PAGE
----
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Citation Information

Type Thesis or Dissertation - PhD Thesis
Title Conceptualising a Model to Promote "Post Start-up" Small Business Growth in Sri Lanka
Author(s)
Publication (Day/Month/Year) 2008
URL http://ir.canterbury.ac.nz/bitstream/handle/10092/2229/thesis_fulltext.pdf?sequence=1
Abstract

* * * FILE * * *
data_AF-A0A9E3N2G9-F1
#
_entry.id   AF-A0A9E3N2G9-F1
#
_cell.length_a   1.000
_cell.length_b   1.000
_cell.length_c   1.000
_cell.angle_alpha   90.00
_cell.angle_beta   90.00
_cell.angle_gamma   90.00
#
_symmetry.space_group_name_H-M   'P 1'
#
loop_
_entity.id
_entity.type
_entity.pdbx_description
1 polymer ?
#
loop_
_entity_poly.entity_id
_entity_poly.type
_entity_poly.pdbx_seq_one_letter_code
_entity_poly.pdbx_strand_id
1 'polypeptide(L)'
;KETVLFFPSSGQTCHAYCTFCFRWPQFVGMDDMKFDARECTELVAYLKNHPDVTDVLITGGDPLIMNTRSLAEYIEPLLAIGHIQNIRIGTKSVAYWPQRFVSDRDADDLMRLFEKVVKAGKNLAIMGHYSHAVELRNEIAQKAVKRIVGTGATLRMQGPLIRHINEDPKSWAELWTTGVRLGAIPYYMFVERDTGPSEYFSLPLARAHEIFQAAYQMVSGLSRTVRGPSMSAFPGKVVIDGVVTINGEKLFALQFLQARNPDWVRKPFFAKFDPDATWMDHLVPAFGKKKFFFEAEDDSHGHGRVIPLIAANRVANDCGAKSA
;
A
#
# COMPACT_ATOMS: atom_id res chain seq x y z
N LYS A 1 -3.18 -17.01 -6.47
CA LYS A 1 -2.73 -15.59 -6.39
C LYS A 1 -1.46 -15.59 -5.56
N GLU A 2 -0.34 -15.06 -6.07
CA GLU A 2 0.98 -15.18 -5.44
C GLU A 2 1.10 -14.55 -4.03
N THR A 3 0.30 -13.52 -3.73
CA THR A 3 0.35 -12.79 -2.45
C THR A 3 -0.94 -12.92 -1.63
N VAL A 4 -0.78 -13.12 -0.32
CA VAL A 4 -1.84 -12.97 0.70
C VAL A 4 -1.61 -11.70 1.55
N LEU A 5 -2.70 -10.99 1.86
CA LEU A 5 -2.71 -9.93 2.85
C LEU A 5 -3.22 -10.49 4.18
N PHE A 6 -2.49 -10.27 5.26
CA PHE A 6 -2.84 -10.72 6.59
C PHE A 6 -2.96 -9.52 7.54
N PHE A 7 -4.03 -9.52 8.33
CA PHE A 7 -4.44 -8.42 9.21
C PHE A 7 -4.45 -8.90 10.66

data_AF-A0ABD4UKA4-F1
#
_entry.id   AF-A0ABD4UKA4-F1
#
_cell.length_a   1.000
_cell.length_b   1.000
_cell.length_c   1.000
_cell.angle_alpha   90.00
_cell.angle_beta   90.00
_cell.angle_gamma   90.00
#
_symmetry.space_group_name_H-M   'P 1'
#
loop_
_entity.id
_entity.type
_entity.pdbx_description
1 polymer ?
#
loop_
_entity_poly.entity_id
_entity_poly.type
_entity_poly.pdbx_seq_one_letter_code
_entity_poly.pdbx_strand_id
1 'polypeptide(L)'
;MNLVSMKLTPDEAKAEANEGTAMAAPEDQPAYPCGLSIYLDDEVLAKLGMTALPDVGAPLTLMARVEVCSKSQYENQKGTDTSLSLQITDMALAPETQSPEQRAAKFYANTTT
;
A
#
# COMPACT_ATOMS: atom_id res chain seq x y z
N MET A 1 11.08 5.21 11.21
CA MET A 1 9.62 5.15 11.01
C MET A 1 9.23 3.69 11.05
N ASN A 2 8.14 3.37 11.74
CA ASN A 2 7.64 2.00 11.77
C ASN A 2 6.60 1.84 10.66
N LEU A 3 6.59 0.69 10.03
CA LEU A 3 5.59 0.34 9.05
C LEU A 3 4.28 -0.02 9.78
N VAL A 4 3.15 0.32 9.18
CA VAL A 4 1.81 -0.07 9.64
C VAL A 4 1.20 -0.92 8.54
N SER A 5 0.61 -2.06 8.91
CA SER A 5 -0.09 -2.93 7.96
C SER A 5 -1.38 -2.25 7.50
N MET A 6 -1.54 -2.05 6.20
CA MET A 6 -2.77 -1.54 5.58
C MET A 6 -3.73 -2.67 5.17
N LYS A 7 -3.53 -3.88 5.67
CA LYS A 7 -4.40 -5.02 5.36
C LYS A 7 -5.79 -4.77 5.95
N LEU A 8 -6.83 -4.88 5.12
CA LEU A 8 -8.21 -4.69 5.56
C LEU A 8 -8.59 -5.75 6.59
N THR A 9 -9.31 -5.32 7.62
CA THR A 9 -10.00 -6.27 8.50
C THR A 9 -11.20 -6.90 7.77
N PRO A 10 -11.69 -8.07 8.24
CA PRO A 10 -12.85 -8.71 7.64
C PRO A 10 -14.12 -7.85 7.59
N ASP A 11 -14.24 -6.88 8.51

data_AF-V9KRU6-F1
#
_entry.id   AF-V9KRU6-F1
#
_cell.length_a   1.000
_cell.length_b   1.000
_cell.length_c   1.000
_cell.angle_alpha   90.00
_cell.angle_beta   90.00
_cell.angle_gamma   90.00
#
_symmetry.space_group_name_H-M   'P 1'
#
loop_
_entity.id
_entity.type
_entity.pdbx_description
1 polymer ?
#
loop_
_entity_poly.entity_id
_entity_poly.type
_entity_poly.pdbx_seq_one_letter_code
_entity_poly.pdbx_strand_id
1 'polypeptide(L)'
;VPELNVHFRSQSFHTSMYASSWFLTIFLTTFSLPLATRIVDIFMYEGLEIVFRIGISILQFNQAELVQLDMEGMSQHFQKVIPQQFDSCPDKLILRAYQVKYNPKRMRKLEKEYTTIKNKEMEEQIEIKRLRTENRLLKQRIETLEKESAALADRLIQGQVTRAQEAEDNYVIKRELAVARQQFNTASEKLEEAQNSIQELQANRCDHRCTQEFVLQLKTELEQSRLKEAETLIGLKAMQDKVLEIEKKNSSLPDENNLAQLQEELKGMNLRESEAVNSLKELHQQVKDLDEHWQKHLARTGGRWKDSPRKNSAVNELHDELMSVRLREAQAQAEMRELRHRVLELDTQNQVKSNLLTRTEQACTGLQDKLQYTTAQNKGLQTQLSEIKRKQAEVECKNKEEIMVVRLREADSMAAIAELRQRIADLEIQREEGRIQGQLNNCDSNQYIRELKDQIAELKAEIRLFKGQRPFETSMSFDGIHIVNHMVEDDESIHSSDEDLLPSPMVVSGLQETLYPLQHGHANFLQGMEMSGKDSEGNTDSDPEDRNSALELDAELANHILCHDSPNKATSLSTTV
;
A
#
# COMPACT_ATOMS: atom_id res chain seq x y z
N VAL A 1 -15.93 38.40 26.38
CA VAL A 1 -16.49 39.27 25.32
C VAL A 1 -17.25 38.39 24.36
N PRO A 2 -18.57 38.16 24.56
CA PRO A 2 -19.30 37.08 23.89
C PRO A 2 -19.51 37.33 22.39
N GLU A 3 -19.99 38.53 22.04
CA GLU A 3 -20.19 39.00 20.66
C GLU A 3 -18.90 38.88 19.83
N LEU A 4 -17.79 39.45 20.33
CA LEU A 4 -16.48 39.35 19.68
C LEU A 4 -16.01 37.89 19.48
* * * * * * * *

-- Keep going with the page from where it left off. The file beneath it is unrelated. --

The objective of this thesis is to determine whether it is possible to improve the adequacy of support to “post start-up” small businesses in Sri Lanka by making changes to the current support regime to encourage their growth. The interest in this issue stems from (a) previous research carried out which highlights the substantially lower contribution to employment growth from the small businesses in Sri Lanka as compared to what is observed in other countries, and (b) the increasing emphasis upon stimulating the small business sector to make a significant contribution to the national economy which is apparent in recent policy proposals in the White Paper presented by the Task Force for Small and Medium Enterprise (SME) development. An examination of extant literature suggests that the understanding of the factors that influence the growth of post start-up small businesses in developing countries is limited. Knowledge is also limited on the type of support that is required to adequately address such factors. To systematically investigate the existing knowledge gaps in these areas a questionnaire survey was conducted. Being cognisant of the reality that identified support needs should be client-initiated the survey placed emphasis upon understanding owner-managers’ evaluation of factors perceived to influence small business growth. Their views on how to further develop the existing support was solicited. In-depth interviews were also carried out with small business owner-managers and key employees of organisations providing small business support. A variety of statistical techniques were employed to analyse the responses to the questionnaire survey. Overall the results indicate that the factors influencing the growth of post start-up small businesses are highly individual in nature. Results of the study also indicate that the employment growth in post start-up small businesses is very limited. Similarly the growth intentions of the majority of responding owner-managers are moderate to low. The findings also indicate many “importance-adequacy support gaps” which show that the existing post start-up support to address perceived important factors is inadequate.

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